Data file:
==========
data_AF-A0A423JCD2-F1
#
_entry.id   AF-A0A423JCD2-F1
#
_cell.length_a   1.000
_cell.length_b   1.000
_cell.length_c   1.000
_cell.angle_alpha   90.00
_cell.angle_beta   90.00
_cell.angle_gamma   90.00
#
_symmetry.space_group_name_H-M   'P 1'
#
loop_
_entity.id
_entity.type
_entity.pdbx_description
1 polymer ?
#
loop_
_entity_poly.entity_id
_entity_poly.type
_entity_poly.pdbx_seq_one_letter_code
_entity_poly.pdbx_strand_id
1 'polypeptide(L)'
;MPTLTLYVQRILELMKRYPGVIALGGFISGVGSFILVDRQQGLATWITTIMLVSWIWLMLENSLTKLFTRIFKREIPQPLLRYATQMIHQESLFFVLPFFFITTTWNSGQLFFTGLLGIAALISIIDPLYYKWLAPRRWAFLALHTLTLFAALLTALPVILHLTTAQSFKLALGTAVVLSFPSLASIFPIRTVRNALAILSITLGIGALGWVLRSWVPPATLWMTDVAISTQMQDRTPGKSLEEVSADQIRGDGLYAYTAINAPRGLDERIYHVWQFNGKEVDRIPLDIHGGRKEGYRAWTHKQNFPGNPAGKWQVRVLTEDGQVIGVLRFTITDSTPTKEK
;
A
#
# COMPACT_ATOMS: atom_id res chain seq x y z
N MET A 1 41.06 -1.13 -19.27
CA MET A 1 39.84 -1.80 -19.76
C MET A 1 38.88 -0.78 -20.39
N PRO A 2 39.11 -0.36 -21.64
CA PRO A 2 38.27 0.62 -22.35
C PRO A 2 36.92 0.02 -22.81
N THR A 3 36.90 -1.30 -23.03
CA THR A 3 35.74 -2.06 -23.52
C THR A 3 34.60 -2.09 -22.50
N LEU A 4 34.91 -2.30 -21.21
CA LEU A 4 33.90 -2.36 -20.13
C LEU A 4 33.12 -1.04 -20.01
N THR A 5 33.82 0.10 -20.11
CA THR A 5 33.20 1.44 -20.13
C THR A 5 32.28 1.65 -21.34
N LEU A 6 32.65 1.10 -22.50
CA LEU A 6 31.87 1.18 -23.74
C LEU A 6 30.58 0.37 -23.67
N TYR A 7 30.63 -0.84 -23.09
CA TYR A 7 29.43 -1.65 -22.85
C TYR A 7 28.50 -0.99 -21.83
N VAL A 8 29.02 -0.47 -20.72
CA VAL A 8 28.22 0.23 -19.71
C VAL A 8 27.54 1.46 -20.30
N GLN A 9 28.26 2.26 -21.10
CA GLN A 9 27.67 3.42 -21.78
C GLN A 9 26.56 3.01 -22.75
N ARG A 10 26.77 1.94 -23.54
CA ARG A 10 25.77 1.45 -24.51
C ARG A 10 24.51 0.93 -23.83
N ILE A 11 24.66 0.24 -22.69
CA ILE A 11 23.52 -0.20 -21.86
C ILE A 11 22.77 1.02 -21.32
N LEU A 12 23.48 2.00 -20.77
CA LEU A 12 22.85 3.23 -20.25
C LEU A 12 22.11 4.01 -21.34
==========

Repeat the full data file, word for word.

data_AF-A0A423JCD2-F1
#
_entry.id   AF-A0A423JCD2-F1
#
_cell.length_a   1.000
_cell.length_b   1.000
_cell.length_c   1.000
_cell.angle_alpha   90.00
_cell.angle_beta   90.00
_cell.angle_gamma   90.00
#
_symmetry.space_group_name_H-M   'P 1'
#
loop_
_entity.id
_entity.type
_entity.pdbx_description
1 polymer ?
#
loop_
_entity_poly.entity_id
_entity_poly.type
_entity_poly.pdbx_seq_one_letter_code
_entity_poly.pdbx_strand_id
1 'polypeptide(L)'
;MPTLTLYVQRILELMKRYPGVIALGGFISGVGSFILVDRQQGLATWITTIMLVSWIWLMLENSLTKLFTRIFKREIPQPLLRYATQMIHQESLFFVLPFFFITTTWNSGQLFFTGLLGIAALISIIDPLYYKWLAPRRWAFLALHTLTLFAALLTALPVILHLTTAQSFKLALGTAVVLSFPSLASIFPIRTVRNALAILSITLGIGALGWVLRSWVPPATLWMTDVAISTQMQDRTPGKSLEEVSADQIRGDGLYAYTAINAPRGLDERIYHVWQFNGKEVDRIPLDIHGGRKEGYRAWTHKQNFPGNPAGKWQVRVLTEDGQVIGVLRFTITDSTPTKEK
;
A
#
# COMPACT_ATOMS: atom_id res chain seq x y z
N MET A 1 41.06 -1.13 -19.27
CA MET A 1 39.84 -1.80 -19.76
C MET A 1 38.88 -0.78 -20.39
N PRO A 2 39.11 -0.36 -21.64
CA PRO A 2 38.27 0.62 -22.35
C PRO A 2 36.92 0.02 -22.81
N THR A 3 36.90 -1.30 -23.03
CA THR A 3 35.74 -2.06 -23.52
C THR A 3 34.60 -2.09 -22.50
N LEU A 4 34.91 -2.30 -21.21
CA LEU A 4 33.90 -2.36 -20.13
C LEU A 4 33.12 -1.04 -20.01
N THR A 5 33.82 0.10 -20.11
CA THR A 5 33.20 1.44 -20.13
C THR A 5 32.28 1.65 -21.34
N LEU A 6 32.65 1.10 -22.50
CA LEU A 6 31.87 1.18 -23.74
C LEU A 6 30.58 0.37 -23.67
N TYR A 7 30.63 -0.84 -23.09
CA TYR A 7 29.43 -1.65 -22.85
C TYR A 7 28.50 -0.99 -21.83
N VAL A 8 29.02 -0.47 -20.72
CA VAL A 8 28.22 0.23 -19.71
C VAL A 8 27.54 1.46 -20.30
N GLN A 9 28.26 2.26 -21.10
CA GLN A 9 27.67 3.42 -21.78
C GLN A 9 26.56 3.01 -22.75
N ARG A 10 26.77 1.94 -23.54
CA ARG A 10 25.77 1.45 -24.51
C ARG A 10 24.51 0.93 -23.83
N ILE A 11 24.66 0.24 -22.69
CA ILE A 11 23.52 -0.20 -21.86
C ILE A 11 22.77 1.02 -21.32
N LEU A 12 23.48 2.00 -20.77
CA LEU A 12 22.85 3.23 -20.25
C LEU A 12 22.11 4.01 -21.34